# Physics Electromagnetism

I have 3 more physics electromagnetism problems, thanks again for the help (helped tremendously in the last unit for my test).

http://i2.photobucket.com/albums/y15/seiferseph/1.jpg

not sure what equation to use, i can solve for change in flux using the magnetic field and area, but not sure how to get induced emf (which would help me get current)

http://i2.photobucket.com/albums/y15/seiferseph/2.jpg

how do i get the direction of the acceleration?

http://i2.photobucket.com/albums/y15/seiferseph/3.jpg

not sure what to do here, i thought you use lenz's law where it creates a counter b field against the motion of the bar magnet, but that doesn't work for the bottom.

thanks again!

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OlderDan
Homework Helper
seiferseph said:
I have 3 more physics electromagnetism problems, thanks again for the help (helped tremendously in the last unit for my test).

http://i2.photobucket.com/albums/y15/seiferseph/1.jpg

not sure what equation to use, i can solve for change in flux using the magnetic field and area, but not sure how to get induced emf (which would help me get current)

http://i2.photobucket.com/albums/y15/seiferseph/2.jpg

how do i get the direction of the acceleration?

http://i2.photobucket.com/albums/y15/seiferseph/3.jpg

not sure what to do here, i thought you use lenz's law where it creates a counter b field against the motion of the bar magnet, but that doesn't work for the bottom.

thanks again!
For the first one, the induced emf depends on the rate of change of the magnetic flux. Review Faraday's law. Since current depends on the emf, and current is the rate of charge flow, you will find a connection between the flux change and the amount of charge.

The second is just the force on a current carrying wire in a magnetic field.

For the last, review Lenz's Law and the right hand rule for fields produced by moving charges.

OlderDan said:
The second is just the force on a current carrying wire in a magnetic field.

For the last, review Lenz's Law and the right hand rule for fields produced by moving charges.
ok, for the first i solve for change in flux, then multiply by number of turns to get emf. then i use I = V/R and get 0.06 A for the current. why is that the same as the charge? and doesn't the formula for emf use time as well?

for the second one, the b-field is up and current left, so i get the force going into the page, how does that make it go right?

for the 3rd, it creates a counter b field at each point opposite, so doesn't it make a north at the top (to keep it there) and a south at bottom (to oppose)? thats the opposite of the answer.

Last edited:
OlderDan
Homework Helper
seiferseph said:
ok, for the first i solve for change in flux, then multiply by number of turns to get emf. then i use I = V/R and get 0.06 A for the current. why is that the same as the charge? and doesn't the formula for emf use time as well?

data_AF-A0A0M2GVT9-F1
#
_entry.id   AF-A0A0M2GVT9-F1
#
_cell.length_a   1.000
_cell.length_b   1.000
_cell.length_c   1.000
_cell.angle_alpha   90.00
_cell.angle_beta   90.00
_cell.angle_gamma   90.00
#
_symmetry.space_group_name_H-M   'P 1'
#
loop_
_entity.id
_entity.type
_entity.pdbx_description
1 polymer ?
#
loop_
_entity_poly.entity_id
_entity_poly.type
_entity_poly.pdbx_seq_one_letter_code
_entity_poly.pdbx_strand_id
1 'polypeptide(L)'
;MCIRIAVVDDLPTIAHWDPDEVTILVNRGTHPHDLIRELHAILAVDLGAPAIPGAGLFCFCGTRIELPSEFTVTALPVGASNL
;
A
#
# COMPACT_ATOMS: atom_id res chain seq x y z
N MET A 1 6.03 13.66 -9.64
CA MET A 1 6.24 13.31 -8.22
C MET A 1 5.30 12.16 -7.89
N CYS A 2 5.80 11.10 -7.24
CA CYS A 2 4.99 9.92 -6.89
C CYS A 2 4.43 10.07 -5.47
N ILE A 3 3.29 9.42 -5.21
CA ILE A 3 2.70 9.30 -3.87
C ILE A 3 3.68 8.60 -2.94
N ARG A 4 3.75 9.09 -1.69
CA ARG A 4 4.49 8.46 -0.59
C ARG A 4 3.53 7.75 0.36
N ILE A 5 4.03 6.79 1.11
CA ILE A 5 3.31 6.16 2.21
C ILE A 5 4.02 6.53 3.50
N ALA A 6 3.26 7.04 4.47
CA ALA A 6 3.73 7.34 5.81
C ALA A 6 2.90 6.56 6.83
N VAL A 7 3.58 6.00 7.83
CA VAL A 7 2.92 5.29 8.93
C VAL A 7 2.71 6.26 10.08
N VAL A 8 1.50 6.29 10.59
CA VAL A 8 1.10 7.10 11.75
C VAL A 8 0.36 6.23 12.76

for the second one, the b-field is up and current left, so i get the force going into the page, how does that make it go right?

for the 3rd, it creates a counter b field at each point opposite, so doesn't it make a north at the top (to keep it there) and a south at bottom (to oppose)? thats the opposite of the answer.
Assume you change the flux at a constant rate, and it takes time T to make the change. That will produce a constant emf for that time, and a constant current will flow that is proportional to the magnitude of the emf. The current is the charge that flows divided by the time it takes to flow, or T

|emf| = change in flux/T
|I| = |emf|/R = charge/T

Same time on both sides of the equation, so........

For the second, how do you get current to the left? Current is into the page for the moveable bar. The rails are stationary.

For the last one, think in terms of flux. The bottom is trying to increase the flux downward (field lines getting closer together- field strength increasing), so the induced emf has to produce a flux upward (magnetic field points upward. The top is decreasing the flux downward (field lines getting farther apart- field strength decreasing), so the induced emf has to increase the flux downward.

In terms of North and South, the bottom has to repel the falling magnet and the top has to attract it. The induced field must have "north" below pointing upward and above pointing downward.

OlderDan said:
Assume you change the flux at a constant rate, and it takes time T to make the change. That will produce a constant emf for that time, and a constant current will flow that is proportional to the magnitude of the emf. The current is the charge that flows divided by the time it takes to flow, or T

|emf| = change in flux/T
|I| = |emf|/R = charge/T

Same time on both sides of the equation, so........
ok, i see now how to solve without the time.

For the second, how do you get current to the left? Current is into the page for the moveable bar. The rails are stationary.
ok, so the current (the one created by the battery or whatever, which is shown to go to the left) goes through the bar, therefore going into the page where the bar is? then i get it.

For the last one, think in terms of flux. The bottom is trying to increase the flux downward (field lines getting closer together- field strength increasing), so the induced emf has to produce a flux upward (magnetic field points upward. The top is decreasing the flux downward (field lines getting farther apart- field strength decreasing), so the induced emf has to increase the flux downward.

In terms of North and South, the bottom has to repel the falling magnet and the top has to attract it. The induced field must have "north" below pointing upward and above pointing downward.
ok i get it now, thanks a lot for the help!